• Internet of Things (IoT) – This remote computing technique allows for IoT devices to work well independently. With low latency, these devices can process information, process, and store data seamlessly.
  • Smart grids – Edge computing can also be applied to smart grids. Sensors that detect energy usage can be kitted out with edge computing technology to record and analyse real-time changes to temperature and climate. Based on this quick-paced analysis, energy usage can be altered to benefit the current temperature.
  • Telemedicine – Edge computing is used widely in healthcare, particularly when instantaneous and remote processing of data is required. For example, remote healthcare workers can use edge devices to analyse health information quickly.
  • Industrial – Manufacturing operations have been simplified through the power of the edge. On remote assembly lines, problems arise unexpectedly and quick resolution is required. The edge can analyse processes and provide quick intervention whenever necessary.
  • Agriculture and farming – Edge computing has even become a popular addition to agricultural tools. Farmers have been noted to utilise edge-enabled devices to analyse soil, temperature, and humidity remotely. Some irrigation systems are also being set up with edge technology to analyse moisture levels.  
  • Retail – Wireless point-of-sale devices are becoming commonly fitted with edge computing technology. Retail stores located far away from the main data centre of a company can also utilise edge computing to simplify processes.

Given the wide range of edge use cases, the adoption of this solution is expected to grow incrementally over the coming years. Between now and 2030, it is expected to have a 37.9% annual growth rate (based on this study conducted by Industry Vertical).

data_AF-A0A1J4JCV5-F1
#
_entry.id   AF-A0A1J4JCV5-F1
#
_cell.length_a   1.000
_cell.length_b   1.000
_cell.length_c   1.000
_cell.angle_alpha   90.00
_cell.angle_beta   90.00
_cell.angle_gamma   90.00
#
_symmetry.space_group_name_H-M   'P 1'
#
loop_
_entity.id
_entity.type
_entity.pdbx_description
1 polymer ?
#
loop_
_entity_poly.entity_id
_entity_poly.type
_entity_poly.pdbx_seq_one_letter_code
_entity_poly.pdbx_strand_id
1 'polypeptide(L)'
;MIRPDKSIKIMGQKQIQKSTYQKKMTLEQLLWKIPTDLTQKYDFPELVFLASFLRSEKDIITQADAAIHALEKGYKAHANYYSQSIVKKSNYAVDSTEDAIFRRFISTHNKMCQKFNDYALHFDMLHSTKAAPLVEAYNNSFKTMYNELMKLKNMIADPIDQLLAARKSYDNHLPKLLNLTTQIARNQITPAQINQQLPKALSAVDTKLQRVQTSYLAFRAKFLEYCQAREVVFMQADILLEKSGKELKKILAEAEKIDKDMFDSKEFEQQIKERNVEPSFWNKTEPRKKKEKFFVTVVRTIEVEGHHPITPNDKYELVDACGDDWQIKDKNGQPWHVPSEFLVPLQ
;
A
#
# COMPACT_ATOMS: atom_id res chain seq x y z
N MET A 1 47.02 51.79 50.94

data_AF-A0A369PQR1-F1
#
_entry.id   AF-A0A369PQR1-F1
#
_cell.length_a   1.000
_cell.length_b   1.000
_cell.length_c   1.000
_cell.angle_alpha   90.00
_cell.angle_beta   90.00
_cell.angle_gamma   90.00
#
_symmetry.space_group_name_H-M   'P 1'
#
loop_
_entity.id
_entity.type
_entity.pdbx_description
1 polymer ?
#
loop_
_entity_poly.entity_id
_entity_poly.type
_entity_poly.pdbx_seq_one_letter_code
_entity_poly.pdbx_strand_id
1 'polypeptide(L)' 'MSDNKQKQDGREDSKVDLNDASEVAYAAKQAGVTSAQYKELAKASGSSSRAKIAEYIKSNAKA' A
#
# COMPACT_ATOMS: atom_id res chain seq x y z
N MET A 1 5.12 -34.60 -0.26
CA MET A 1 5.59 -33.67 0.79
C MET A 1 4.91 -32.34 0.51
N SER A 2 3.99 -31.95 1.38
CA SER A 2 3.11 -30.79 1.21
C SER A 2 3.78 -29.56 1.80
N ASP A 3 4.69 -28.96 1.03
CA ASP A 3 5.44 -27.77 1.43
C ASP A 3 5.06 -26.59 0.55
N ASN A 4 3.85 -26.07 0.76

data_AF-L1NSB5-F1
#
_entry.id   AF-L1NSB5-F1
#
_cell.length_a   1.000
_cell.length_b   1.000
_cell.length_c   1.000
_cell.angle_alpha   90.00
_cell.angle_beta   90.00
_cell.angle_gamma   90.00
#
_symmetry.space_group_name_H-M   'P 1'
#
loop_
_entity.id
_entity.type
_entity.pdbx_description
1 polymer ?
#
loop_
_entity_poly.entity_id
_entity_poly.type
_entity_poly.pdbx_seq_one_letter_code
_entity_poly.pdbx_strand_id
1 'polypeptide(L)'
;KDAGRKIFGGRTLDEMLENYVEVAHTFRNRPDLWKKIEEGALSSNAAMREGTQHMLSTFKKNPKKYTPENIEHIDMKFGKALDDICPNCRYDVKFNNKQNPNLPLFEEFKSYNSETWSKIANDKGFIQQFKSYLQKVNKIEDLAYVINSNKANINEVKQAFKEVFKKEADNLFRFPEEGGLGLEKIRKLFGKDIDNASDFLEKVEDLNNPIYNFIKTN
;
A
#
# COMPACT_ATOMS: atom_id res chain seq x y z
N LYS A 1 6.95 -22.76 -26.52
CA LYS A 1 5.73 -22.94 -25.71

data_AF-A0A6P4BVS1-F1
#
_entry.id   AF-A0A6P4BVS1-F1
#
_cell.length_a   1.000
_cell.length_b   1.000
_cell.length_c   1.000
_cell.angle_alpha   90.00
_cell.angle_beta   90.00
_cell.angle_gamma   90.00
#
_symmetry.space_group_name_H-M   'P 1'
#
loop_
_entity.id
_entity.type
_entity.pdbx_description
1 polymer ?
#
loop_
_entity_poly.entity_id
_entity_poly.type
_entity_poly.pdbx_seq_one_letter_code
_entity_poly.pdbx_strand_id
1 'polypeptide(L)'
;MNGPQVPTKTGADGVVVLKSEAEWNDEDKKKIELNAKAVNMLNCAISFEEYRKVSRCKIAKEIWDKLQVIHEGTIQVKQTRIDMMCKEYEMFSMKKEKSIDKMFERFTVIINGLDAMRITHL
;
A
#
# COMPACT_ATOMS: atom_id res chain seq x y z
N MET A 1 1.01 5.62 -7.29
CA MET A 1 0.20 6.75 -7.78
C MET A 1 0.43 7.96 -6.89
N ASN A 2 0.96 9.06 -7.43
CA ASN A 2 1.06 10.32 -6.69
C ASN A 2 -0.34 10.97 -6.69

The pros and cons of edge computing

The benefits and drawbacks of implementing edge technology are as follows:

Pros:

  • Reduces pressure on your entire network – Not only does edge computing benefit the edge devices, but it also prevents your business computer network from being overwhelmed. Your main data centre processes less, which ensures less bottlenecking.
  • Realtime data – Edge computing delivers instantaneous data, allowing for quicker response time. This is why it’s great for emergency situations, where quick decisions need to be made based on reliable data analysis.
  • Reduced costs – By taking pressure off your computer network and by reducing your transmission cost, edge computing can save your business money.
  • Provides stronger security – Sensitive information stays on individual devices and is not held in a central location. While your central cloud should provide adequate security, having all your company stored in one place poses risks. Keeping your data decentralised, on the other hand, keeps it spread out and better hidden.

Cons

  • Complexity – Some may find edge computing architecture more complex than traditional architecture types due to the involvement of multiple independent devices. This presents some degree of implementation and maintenance challenges.
  • Upfront cost – While edge computing will save you money in the long run, it involves a considerable upfront cost to set up the new network.

How YourShortlist can help you integrate edge computing in your business

Given the upfront cost, you’ll want to make sure that you’re investing in the right edge computing platform for your business.

At YourShortlist, we’re dedicated to helping businesses procure software that meets their requirements. Through a simple consultation, we can outline your software needs and match them with providers from our bank of over 2,400 software partners.

We’ll then present the results from this analysis in a no-obligation shortlist, from which you can pick whichever option best works for you.

Contact us today to start your edge computing procurement journey.